When a person is romantically attracted to another, or is touched by an act of kindness or such, his body releases a ‘love hormone’ called oxytocin. A fresh research now shows that the bodies of domesticated pets also release the same hormone.
It has long been said that dogs tend to be very loyal and loving towards their owners. Here, now, is the scientific proof and explanation of the phenomenon. Oxytocin is basically the ‘happy hormone’, the satisfied or gleeful feeling we have when we meet a person we truly admire.
The bodies of pets such as dogs and goats also release such hormones. As part of a research, researchers at University of California examined blood samples from a domestic mixed-breed terrier and a goat. The two animals would regularly play with each other and have benign, childish sort of fun.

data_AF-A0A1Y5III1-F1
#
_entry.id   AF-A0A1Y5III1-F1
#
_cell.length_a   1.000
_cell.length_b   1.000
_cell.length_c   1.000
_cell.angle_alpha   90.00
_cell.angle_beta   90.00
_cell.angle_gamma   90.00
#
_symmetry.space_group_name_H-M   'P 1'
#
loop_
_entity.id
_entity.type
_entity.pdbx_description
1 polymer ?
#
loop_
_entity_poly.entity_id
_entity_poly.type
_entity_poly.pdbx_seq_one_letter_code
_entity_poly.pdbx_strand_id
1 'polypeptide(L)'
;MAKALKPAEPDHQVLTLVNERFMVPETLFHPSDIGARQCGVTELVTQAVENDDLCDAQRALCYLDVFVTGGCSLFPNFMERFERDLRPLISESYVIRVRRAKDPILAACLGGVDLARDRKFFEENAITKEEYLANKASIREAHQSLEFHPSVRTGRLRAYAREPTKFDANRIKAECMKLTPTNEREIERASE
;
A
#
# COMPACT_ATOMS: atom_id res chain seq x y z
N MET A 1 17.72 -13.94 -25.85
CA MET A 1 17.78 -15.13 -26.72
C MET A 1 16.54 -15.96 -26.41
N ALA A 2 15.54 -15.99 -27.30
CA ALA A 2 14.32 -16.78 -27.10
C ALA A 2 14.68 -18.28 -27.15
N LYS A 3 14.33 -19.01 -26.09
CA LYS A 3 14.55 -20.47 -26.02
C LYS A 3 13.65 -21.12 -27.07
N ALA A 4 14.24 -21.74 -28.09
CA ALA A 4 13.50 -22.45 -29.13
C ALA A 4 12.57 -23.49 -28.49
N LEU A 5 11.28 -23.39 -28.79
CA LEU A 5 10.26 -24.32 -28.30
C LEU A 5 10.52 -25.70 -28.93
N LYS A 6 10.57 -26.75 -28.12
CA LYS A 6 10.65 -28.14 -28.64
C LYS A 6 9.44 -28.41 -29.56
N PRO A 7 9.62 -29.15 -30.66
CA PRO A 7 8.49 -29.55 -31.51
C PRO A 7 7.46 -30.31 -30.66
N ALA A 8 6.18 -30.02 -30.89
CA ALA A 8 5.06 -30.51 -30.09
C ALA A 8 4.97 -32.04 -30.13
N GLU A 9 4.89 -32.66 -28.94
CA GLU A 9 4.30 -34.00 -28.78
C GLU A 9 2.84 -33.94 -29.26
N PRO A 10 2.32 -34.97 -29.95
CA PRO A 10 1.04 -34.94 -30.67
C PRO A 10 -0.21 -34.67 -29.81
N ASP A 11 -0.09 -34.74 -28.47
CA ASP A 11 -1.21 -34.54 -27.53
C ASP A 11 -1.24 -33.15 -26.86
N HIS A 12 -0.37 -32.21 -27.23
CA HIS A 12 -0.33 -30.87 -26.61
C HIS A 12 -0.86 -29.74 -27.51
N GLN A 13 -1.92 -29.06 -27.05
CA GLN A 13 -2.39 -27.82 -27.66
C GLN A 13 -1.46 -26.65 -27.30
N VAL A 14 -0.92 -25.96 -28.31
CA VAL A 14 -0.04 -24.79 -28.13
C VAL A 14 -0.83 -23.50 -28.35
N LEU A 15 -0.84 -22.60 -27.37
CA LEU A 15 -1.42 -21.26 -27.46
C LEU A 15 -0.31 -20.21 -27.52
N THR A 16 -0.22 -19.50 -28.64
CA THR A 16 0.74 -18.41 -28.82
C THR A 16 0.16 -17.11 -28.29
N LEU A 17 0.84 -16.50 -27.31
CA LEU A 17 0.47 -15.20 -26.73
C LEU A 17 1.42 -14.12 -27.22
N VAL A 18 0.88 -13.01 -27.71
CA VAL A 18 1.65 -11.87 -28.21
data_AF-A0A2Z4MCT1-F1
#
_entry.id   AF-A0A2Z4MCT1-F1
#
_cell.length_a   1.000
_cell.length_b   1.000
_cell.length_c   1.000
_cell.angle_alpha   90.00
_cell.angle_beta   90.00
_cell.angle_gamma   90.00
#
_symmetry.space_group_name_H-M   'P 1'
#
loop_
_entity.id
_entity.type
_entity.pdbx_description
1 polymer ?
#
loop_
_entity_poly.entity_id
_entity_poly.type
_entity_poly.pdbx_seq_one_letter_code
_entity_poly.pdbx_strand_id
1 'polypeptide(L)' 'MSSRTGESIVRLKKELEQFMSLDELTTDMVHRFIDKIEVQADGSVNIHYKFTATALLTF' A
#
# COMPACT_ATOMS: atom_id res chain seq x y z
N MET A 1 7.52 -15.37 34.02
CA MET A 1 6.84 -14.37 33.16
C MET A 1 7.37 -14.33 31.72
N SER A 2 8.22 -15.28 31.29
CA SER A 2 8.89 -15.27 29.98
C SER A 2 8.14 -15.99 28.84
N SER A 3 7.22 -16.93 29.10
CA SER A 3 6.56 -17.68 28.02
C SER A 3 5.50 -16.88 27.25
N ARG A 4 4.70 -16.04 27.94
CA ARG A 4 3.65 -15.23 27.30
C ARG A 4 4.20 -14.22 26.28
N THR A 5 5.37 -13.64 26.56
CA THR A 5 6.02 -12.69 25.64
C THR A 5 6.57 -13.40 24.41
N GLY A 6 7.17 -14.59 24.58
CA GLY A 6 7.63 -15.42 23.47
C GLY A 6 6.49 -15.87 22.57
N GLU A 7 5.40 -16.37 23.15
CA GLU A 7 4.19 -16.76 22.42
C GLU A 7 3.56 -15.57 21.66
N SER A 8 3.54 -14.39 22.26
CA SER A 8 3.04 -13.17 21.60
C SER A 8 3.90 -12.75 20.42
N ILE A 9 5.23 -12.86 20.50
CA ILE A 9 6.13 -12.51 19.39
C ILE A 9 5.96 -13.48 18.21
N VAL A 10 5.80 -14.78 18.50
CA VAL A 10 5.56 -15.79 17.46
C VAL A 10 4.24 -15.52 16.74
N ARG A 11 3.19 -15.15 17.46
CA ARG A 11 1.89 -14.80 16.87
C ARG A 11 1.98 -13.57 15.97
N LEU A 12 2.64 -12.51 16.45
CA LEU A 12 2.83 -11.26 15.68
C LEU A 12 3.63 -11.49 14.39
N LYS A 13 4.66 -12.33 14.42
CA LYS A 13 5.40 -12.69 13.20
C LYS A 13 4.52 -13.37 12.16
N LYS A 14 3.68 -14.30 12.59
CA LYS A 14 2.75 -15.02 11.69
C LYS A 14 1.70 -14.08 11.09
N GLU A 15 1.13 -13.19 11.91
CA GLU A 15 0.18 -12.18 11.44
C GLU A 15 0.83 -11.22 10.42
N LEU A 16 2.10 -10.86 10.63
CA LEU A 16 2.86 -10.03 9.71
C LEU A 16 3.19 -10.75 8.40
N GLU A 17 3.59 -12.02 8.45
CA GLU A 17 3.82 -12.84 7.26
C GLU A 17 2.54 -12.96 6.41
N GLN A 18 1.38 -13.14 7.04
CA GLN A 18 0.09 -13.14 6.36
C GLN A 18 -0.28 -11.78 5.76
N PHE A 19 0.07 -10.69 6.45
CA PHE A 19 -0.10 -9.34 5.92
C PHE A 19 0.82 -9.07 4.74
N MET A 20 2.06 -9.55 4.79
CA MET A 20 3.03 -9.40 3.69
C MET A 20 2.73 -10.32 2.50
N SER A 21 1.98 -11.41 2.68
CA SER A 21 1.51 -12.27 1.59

So the researchers took blood samples from them and left them to each other in a closed pen. The dog and the goat played and fooled along with each other and then their blood samples were taken again. According to Paul Zak, who was leading the research, “The result was very surprising. The dog had a 48% increase, which was big for a human. But the goat’s response was incredible – for humans this it was basically true love. The only time I have seen such a surge in oxytocin in humans is when someone sees their loved one, is romantically attracted to someone, or is shown an enormous kindness.”
In a related experiment, 100 human participants gave their blood samples and then interacted with a dog or a cat for a few minutes. Their blood samples were then retaken and a surge in the oxytocin levels were found in nearly all of them. These findings clearly illustrate that when humans and pets bond, they actually feel happy in the company of each other, much like we would feel good in the company of our friends or some person we love.
Courtesy: Daily Mail